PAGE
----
Housing and Community Development Act (cont.) 2 Before obtaining CBDG grants, communities must provide a Housing Assistance Plan, or HAP, which details their specific development plans and needs.
Low Income Housing Tax Credit 1986. Provided another way of constructing low-income housing: Non-profit housing could sell tax credits to investors and corporations in order to raise funds for new construction/rehab/acquisition of existing structures. Projects were only available for
Low Income Housing Tax Credit (cont.) 1 funding if met one of the criteria: - 20% or more of project's housing is rent cont and occup by people with incomes 50% > area's ave income. -40% or more of project's housing is rent cont and occup by people with incomes 60% > area's avg income
Low Income Housing Tax Credit (cont.) 2 The LIHTC was created under the Tax Reform Act of 1986 as an alternative to HUD for funding development, and became the strongest federal program for redevelopment and construction of low-income housing.
Emergency Housing Act 1975. Empowered the HUD to assist underemployed adn unemployed homeowners by defraying their mortgage payments. The act used emergency federal funds.
Stewart B. McKinney Act 1987. Defined homelessness in a very broad and inclusive manner, especially in regards to the disabled, the elderly, and families with children. First major leg act on homelessness, enhanced fair housing provisions and created continuum of care concept.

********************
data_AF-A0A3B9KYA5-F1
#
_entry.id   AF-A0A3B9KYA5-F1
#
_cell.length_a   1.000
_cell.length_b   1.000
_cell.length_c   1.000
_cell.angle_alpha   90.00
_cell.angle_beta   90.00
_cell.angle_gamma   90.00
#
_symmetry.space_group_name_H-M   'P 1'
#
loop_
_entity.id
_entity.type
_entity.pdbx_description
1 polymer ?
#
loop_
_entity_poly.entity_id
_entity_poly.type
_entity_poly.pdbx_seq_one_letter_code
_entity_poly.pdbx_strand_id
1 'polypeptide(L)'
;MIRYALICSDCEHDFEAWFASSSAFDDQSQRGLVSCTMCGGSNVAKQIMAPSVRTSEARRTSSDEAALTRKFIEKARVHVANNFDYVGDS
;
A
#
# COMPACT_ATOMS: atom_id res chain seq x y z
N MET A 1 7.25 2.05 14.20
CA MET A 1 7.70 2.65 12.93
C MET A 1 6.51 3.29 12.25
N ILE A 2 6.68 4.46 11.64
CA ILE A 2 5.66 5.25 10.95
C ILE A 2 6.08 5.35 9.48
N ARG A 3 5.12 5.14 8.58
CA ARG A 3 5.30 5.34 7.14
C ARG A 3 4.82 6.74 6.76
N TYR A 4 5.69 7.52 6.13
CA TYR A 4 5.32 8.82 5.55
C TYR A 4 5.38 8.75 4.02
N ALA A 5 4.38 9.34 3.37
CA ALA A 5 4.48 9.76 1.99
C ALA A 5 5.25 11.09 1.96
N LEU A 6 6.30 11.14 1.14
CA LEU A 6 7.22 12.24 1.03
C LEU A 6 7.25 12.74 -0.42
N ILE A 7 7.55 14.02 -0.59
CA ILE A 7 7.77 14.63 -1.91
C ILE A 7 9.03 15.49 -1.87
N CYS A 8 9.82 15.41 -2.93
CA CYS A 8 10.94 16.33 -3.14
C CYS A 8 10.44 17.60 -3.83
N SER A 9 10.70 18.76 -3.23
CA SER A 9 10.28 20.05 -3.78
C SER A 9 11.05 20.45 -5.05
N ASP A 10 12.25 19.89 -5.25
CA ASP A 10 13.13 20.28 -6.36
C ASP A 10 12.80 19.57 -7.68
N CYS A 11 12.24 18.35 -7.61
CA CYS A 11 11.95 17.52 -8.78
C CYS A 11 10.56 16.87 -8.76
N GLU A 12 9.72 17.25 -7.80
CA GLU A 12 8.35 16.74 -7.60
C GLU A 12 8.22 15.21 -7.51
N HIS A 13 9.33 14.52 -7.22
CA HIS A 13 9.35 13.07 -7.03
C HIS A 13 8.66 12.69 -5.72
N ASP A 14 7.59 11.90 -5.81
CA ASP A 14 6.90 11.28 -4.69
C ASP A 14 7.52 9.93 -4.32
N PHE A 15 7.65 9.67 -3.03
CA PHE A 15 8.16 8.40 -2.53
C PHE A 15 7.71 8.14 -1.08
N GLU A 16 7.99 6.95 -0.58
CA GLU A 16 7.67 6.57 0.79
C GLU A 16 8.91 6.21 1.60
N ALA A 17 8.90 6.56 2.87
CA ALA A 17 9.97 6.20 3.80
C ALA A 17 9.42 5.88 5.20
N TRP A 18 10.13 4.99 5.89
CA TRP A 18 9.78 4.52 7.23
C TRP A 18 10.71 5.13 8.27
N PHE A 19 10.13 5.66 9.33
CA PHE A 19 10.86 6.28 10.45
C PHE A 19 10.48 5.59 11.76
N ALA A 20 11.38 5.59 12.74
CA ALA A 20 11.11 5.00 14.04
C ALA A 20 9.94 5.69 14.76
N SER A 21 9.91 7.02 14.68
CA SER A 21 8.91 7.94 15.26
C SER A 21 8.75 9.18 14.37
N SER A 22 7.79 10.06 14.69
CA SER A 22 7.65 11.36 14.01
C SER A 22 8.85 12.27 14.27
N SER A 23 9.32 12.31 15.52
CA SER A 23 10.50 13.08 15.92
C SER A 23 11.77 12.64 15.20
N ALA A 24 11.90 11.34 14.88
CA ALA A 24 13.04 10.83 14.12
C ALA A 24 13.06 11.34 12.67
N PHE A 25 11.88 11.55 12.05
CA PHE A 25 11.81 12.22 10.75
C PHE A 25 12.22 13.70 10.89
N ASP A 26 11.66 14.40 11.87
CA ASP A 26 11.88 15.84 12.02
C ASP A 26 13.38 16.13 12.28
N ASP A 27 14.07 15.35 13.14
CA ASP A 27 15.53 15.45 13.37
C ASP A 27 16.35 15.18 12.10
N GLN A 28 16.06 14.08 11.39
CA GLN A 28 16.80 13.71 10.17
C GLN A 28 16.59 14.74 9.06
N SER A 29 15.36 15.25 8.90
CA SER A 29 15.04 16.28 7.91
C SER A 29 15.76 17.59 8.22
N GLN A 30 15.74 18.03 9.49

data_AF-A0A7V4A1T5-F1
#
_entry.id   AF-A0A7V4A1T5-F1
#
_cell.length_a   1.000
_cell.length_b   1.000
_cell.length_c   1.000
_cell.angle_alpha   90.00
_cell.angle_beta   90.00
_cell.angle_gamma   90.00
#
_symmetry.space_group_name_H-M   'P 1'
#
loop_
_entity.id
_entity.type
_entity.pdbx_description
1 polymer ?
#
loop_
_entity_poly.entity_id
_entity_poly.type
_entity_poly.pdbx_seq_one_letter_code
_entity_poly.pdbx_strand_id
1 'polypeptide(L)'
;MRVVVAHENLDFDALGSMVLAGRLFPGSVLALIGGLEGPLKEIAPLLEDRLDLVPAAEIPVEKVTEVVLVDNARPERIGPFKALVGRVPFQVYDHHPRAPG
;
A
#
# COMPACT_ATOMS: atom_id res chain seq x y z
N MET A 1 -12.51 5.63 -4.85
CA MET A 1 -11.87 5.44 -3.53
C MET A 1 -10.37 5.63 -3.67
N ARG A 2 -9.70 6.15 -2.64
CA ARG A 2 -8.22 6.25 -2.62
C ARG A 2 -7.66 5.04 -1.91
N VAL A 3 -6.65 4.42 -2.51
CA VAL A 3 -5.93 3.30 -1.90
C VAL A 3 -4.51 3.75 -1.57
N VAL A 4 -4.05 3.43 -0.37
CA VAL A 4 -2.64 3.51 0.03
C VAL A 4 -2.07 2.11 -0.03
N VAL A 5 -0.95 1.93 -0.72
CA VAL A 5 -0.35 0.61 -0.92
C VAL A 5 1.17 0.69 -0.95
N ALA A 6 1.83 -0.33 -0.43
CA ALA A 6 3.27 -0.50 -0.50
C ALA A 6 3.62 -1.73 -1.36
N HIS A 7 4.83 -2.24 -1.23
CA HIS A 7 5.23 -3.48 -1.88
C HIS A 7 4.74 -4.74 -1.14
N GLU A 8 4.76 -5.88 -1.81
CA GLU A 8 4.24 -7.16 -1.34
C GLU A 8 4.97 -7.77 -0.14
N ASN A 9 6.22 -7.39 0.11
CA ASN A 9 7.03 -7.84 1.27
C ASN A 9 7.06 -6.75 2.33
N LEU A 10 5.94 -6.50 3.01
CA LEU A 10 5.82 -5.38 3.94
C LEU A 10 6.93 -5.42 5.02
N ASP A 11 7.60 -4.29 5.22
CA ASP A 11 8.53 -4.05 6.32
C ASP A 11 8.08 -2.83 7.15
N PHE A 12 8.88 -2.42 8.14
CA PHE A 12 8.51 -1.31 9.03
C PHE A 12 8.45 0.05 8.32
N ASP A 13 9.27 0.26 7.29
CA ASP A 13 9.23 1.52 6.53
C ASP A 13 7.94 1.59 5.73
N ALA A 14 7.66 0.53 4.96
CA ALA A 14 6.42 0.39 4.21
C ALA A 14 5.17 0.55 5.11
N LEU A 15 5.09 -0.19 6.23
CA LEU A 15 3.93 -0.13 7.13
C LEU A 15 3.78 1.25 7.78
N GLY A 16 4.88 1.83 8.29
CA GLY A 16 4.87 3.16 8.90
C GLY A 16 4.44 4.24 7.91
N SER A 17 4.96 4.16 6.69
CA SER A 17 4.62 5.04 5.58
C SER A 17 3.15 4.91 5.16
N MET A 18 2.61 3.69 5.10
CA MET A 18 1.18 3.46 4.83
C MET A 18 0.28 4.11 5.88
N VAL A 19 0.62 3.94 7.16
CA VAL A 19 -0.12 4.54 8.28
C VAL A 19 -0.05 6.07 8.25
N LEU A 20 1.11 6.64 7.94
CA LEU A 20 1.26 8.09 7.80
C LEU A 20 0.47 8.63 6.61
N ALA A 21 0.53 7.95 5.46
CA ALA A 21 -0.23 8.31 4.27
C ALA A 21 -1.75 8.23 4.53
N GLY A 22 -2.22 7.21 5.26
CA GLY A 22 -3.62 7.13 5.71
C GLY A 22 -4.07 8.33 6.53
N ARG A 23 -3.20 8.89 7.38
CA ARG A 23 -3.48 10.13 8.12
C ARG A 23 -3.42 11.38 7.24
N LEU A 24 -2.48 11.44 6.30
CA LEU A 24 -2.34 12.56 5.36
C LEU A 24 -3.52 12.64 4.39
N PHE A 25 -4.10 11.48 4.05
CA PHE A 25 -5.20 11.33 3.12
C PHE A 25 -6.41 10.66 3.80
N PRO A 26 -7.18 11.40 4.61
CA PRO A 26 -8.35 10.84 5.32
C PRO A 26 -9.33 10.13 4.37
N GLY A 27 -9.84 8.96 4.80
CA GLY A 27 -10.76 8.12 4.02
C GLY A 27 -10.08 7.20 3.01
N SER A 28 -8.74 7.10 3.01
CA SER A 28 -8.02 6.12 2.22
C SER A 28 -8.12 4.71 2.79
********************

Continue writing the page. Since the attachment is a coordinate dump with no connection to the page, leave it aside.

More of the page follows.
Fair Housing Amendments 1988. Enhanced fair housing provisions to include group homes, community residences, halfway houses, and implementation of laws that prevent housing discrimination on the basis of age and disability. HUD able to file housing discrim. complaints directly.
Cranston-Gonzalez National Affordable Housing Act 1990. aka NAHA, created the "home ownership made easy (HOME)" program. Using federal funds, HOME matches the funds provided by cloal governments for low-income housing dev. Local gov had to prepare a "comprehensive housing affordability strategy."
Office of Federal Housing Enterprise Oversight 1992. Provides federal regulation for Fannie Mae and Freddie Mac as part of HUD.
HOPE VI program 1992. Created to prevent housing segregation and to spread out low-income housing. It replaced existing low-quality housing projects with higher-quality, mixed-income housing. By distributing vouchers, it also allowed public housing residents to rent apts
HUD Multifamily Housing Disposition Rule 1994. Demolished foreclosed apartment buildings.
Housing and Community Development Act (1992) Helped provide affordable housing and various support services, such as cooking, cleaning and transportation, for the elderly. Because of these services, elderly persons with low-income could remain independent within their homes.
Housing Opportunity Extension Act 1996. Set aside a specific number of public housing projects and public housing units for either the elderly or the disabled. Under the act, housing projects could evict persons who abused alcohol or drugs and who had criminal records.
Manufactured Housing Improvement Act 2000. Created a set of standards for the construction and placement of manufactured homes. States required to establish "dispute resolution programs", to determine the responsible party (installer, retailer, or manufacturer) if a defect needed repair.
Created by: jlongabaugh